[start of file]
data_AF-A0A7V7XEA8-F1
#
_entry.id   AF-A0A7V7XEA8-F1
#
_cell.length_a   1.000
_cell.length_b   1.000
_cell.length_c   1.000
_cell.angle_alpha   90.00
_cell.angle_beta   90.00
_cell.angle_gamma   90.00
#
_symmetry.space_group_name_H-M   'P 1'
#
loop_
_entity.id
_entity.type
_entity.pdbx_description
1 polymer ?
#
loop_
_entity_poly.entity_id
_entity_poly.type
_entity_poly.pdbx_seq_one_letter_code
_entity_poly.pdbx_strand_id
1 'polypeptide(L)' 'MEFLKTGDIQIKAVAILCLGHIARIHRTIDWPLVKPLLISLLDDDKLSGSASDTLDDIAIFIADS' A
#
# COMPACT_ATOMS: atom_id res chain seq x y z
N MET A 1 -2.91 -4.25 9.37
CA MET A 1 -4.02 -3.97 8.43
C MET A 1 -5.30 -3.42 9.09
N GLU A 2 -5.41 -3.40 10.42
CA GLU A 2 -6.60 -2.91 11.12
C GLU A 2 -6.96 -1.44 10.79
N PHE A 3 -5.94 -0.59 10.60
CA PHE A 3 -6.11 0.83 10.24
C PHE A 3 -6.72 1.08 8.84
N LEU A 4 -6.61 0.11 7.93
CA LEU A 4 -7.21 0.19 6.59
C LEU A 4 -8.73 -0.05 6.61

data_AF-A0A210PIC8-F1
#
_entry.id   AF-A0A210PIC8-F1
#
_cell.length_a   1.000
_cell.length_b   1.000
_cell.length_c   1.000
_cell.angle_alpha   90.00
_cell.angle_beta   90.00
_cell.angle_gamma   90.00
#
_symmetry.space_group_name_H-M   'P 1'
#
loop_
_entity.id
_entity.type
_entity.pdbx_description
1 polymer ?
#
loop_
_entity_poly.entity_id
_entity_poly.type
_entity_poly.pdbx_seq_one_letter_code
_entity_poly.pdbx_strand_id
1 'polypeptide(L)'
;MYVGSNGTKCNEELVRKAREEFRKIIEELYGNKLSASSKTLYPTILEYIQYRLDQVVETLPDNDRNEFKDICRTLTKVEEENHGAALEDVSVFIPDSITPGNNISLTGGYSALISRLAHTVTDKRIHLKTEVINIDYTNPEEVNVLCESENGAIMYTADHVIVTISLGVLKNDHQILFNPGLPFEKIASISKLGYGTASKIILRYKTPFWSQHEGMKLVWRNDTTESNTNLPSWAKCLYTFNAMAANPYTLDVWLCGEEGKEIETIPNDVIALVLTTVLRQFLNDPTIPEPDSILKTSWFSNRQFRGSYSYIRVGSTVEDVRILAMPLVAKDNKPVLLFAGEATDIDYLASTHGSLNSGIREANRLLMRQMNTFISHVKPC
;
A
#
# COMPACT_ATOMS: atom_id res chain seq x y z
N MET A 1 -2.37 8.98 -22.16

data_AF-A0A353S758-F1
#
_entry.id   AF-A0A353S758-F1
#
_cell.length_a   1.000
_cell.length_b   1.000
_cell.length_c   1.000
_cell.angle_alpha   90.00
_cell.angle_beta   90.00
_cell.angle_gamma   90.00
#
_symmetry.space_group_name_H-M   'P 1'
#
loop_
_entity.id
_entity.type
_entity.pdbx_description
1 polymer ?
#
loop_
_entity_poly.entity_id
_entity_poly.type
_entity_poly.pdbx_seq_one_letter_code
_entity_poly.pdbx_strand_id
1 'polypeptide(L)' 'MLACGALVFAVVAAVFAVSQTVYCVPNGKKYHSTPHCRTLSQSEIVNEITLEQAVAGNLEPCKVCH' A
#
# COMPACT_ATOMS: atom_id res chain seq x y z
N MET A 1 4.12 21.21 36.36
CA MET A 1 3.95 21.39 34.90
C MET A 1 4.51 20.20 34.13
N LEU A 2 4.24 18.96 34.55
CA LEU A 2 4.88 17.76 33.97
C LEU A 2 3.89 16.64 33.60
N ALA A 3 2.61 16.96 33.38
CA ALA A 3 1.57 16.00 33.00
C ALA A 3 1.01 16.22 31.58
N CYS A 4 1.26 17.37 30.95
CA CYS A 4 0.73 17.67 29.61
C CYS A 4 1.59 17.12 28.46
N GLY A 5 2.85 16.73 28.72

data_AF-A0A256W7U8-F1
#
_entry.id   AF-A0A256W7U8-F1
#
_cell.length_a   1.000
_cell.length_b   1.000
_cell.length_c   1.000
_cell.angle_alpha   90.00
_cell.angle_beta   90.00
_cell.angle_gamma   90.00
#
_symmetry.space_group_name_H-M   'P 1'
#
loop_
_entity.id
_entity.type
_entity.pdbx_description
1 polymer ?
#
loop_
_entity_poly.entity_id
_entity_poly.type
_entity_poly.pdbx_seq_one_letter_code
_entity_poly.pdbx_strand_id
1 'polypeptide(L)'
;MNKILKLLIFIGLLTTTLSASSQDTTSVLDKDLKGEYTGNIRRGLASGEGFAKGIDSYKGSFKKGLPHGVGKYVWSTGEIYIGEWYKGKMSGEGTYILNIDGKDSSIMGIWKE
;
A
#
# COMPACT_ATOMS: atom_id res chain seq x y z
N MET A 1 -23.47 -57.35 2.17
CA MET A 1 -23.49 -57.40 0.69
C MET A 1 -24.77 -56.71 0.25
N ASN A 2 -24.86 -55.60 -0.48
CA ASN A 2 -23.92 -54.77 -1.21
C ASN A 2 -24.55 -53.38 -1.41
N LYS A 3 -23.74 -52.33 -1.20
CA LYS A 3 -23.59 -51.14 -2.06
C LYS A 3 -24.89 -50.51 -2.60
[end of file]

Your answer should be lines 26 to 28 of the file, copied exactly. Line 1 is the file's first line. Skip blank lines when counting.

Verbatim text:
#
# COMPACT_ATOMS: atom_id res chain seq x y z
N MET A 1 -2.91 -4.25 9.37